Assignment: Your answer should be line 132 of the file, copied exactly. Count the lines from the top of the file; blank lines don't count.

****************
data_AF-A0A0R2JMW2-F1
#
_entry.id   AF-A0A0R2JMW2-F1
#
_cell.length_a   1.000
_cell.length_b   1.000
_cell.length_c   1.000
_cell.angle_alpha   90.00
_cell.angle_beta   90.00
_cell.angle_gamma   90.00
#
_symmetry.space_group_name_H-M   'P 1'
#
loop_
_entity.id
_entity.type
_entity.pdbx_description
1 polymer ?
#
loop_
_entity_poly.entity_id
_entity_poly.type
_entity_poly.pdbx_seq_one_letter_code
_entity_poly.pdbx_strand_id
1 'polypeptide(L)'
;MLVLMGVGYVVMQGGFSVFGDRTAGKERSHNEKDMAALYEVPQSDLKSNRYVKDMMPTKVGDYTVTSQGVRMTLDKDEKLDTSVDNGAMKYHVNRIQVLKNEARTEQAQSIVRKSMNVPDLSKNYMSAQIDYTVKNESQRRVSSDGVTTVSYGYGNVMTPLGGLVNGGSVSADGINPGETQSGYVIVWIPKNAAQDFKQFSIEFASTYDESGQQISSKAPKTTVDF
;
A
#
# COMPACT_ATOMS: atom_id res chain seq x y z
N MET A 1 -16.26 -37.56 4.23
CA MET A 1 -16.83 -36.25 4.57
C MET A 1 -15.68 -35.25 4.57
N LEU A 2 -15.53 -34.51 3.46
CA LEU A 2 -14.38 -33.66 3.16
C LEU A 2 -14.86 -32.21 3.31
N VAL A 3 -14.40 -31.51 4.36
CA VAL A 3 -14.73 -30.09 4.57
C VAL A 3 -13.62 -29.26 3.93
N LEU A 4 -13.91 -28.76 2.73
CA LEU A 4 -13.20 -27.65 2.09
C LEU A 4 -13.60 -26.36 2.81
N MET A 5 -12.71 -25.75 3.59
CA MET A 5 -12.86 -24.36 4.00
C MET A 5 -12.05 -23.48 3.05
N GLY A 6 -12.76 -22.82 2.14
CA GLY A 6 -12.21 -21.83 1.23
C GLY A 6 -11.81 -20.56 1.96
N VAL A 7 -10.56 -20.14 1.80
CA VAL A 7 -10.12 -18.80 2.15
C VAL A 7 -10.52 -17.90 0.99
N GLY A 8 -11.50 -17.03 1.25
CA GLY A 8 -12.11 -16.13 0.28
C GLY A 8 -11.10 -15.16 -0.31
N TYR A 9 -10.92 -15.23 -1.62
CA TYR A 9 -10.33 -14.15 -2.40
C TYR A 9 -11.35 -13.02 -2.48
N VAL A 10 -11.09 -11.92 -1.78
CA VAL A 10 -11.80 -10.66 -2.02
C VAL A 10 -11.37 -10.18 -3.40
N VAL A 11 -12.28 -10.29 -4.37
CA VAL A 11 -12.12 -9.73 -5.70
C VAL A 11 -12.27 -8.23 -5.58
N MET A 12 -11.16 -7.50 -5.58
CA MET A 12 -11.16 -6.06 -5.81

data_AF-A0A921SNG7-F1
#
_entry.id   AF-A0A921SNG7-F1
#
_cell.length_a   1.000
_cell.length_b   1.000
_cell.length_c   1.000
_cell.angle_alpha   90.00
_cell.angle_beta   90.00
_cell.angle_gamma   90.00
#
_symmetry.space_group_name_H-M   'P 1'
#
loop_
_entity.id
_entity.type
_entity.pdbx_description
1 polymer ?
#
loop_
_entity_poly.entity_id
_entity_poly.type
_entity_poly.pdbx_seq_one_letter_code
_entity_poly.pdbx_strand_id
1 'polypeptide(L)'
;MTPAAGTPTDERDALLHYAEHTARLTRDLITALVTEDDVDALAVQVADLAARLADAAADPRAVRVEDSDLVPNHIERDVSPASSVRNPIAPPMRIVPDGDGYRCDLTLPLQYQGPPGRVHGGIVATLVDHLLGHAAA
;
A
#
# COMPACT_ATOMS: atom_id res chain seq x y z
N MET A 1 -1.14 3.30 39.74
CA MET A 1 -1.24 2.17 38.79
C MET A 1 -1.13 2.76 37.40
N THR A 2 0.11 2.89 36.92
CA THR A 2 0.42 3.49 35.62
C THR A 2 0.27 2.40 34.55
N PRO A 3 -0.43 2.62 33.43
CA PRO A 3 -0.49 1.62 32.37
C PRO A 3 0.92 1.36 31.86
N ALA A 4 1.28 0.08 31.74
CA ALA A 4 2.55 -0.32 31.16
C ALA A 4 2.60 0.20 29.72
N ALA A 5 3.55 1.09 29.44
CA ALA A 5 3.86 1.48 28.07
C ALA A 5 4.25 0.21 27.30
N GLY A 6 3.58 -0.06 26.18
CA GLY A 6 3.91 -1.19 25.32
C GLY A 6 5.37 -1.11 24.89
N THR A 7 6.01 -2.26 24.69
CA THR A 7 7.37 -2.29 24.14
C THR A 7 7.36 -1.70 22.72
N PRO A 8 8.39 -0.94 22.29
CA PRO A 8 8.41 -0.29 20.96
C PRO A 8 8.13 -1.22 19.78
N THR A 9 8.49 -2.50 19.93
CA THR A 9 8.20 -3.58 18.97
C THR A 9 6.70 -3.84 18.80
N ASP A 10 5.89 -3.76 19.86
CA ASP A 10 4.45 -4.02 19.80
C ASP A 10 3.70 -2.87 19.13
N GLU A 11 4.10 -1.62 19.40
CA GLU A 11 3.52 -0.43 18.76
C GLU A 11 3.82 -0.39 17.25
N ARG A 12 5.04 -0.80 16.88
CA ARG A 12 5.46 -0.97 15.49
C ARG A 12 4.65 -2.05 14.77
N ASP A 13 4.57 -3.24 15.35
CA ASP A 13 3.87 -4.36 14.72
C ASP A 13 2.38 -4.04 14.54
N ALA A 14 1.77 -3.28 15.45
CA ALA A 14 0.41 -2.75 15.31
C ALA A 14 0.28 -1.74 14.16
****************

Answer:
N ASP A 13 4.57 -3.24 15.35